The “new” Clean Water Act and federal land management

Source:  EPA

The Supreme Court recently decided to (re)redefine the scope of the Clean Water Act (CWA) as it pertains to wetlands, which is likely to affect federal land management, as mentioned here.  Here is a recent analysis of that specific question.

Some attorneys feel that “By establishing a jurisdictional test that focuses entirely on surface waters, while ignoring the dynamic interaction of streams with shallow groundwater, a significant number of headwaters streams located on public lands will become non-jurisdictional,” and lose some protections, depending on what state they’re in (state Clean Water Act administration applies to federal land management).  Other attorneys (including one we know) said, “Laws like the National Forest Management Act, Federal Land Policy and Management Act, etc. extend protection to aquatic features too, making CWA application duplicative.”  The article mentions NEPA, but its procedural requirements can’t be considered substitutes for CWA’s substantive limits.  (“The Interior Department and the US Forest Service declined to comment.”)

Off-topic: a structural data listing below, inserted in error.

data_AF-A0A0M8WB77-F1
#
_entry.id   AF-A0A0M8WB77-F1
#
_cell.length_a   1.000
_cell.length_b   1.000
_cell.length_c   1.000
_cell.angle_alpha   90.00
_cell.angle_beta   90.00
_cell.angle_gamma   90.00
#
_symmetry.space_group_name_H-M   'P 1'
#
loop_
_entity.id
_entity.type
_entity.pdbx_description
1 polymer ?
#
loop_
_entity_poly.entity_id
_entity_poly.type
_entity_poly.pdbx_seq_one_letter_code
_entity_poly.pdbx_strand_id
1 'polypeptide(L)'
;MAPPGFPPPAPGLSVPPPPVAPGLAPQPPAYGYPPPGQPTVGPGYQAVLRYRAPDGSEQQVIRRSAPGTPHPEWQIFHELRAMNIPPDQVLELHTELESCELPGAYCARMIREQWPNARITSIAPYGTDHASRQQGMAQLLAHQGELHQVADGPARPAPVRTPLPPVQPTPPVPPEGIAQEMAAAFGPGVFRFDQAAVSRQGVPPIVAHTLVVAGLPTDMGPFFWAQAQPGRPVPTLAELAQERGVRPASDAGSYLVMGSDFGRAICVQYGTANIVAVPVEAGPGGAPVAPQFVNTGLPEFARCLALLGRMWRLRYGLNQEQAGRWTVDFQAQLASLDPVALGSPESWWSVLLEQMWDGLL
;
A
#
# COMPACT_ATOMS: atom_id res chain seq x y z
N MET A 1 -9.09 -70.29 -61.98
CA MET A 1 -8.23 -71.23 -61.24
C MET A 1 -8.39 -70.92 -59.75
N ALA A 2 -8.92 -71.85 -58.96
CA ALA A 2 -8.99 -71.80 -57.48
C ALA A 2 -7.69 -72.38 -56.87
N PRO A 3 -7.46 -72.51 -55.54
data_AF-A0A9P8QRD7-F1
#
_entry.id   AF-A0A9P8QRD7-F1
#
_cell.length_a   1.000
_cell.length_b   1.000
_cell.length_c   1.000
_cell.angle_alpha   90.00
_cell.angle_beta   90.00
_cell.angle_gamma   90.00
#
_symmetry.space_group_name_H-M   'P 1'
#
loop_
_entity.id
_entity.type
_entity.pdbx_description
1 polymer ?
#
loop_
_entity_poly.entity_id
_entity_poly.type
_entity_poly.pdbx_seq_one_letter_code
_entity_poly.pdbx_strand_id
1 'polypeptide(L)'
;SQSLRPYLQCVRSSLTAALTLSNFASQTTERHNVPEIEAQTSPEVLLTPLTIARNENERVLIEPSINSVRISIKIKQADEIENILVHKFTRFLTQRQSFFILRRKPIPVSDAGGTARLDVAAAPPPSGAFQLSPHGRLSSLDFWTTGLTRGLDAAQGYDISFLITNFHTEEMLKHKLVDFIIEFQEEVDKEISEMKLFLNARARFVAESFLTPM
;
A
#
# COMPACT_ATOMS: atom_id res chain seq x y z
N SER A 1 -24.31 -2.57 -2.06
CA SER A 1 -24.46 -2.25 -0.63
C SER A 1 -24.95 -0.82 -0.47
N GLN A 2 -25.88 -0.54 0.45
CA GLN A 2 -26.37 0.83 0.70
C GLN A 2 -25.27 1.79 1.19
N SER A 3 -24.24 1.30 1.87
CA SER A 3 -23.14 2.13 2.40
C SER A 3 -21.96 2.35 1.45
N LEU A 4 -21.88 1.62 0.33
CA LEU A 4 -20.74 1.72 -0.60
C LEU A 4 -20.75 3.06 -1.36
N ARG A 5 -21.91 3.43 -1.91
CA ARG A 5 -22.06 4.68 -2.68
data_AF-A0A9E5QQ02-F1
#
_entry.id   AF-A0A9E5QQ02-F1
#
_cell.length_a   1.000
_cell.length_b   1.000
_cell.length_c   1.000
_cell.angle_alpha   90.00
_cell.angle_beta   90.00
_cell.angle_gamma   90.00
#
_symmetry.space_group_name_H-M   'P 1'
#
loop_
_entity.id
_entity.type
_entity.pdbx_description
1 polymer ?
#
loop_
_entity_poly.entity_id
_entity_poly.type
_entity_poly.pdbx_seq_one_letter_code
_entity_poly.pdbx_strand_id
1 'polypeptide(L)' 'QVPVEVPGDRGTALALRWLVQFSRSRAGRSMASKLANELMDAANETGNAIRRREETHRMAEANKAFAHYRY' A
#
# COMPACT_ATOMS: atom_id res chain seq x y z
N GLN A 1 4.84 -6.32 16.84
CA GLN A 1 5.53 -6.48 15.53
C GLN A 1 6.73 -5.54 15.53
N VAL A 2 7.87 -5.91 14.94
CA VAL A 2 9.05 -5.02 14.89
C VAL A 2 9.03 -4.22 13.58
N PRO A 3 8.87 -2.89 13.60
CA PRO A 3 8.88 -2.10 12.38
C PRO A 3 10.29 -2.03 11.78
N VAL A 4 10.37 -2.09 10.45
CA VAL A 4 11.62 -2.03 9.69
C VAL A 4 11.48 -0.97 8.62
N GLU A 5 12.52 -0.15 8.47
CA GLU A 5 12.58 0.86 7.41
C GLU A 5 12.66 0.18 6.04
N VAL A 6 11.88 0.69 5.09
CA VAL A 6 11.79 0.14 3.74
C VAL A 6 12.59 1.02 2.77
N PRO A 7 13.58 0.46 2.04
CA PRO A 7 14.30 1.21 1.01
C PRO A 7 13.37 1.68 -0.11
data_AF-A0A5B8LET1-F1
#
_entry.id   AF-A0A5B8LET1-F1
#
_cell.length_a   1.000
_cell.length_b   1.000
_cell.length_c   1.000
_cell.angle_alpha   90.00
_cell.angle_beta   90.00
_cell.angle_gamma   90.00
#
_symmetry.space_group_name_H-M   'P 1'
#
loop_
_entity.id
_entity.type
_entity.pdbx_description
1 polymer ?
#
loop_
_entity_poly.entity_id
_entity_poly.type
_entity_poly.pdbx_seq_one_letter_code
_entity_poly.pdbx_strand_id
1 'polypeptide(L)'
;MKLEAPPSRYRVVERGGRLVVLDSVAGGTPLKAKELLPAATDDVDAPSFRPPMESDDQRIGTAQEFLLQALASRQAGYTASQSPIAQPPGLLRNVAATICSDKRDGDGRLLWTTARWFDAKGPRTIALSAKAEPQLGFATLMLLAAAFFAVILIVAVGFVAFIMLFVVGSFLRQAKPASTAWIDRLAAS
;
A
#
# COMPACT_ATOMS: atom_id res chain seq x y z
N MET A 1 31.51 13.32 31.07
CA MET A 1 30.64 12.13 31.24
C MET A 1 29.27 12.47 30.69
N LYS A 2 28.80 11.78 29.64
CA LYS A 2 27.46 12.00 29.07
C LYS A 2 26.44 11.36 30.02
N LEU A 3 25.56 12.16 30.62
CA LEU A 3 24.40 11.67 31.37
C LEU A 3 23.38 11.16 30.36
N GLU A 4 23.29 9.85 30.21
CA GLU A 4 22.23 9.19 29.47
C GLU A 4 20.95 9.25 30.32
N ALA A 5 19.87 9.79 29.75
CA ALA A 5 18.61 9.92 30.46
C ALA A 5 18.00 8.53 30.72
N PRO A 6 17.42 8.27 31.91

Though federal public land laws and policies do include some requirements for federal agencies to protect water, agencies would have to choose to fill any gap between that level of protection and what the CWA requires.  My 2¢ – removing statutory protection will lead to erosion of other federal and state-imposed measures that may have been seen as supportive of the Clean Water Act, but will now become seen as more discretionary.  And land managers always seem to prefer “flexibility,” which often seems to mean flexibility to provide less protection.

3 thoughts on “The “new” Clean Water Act and federal land management”

  1. But Jon, how would “losing protections” actually work on federal lands? Someone will rewrite forest plan standards and guides (needs plan revision), or handbook protections (revise handbook) or… … Bureaucracy tends to progress along the same lines without a significant nudge.

    Someone would have to say… “oh yeah, this water body does not have CWA protections now, so let’s do something we wouldn’t have otherwise done.” It could happen, but I don’t see it as very likely.


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